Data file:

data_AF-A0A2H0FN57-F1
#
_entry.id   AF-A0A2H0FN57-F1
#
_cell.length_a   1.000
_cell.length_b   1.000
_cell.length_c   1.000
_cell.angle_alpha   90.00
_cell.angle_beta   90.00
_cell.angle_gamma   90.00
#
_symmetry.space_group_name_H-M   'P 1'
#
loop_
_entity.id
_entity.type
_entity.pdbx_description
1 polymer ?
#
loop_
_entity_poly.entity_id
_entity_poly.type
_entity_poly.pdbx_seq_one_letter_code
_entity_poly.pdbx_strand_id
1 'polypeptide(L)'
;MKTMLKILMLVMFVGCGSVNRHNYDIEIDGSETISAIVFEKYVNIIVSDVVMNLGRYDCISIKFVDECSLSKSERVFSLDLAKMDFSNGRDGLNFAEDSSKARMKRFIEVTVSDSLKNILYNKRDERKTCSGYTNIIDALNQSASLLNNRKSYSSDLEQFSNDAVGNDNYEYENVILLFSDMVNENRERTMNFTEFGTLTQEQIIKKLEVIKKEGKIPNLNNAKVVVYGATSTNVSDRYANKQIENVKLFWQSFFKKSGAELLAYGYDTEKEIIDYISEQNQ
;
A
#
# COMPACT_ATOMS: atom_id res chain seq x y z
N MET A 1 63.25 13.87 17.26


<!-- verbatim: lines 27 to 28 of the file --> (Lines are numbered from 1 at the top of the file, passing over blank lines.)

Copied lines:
;
A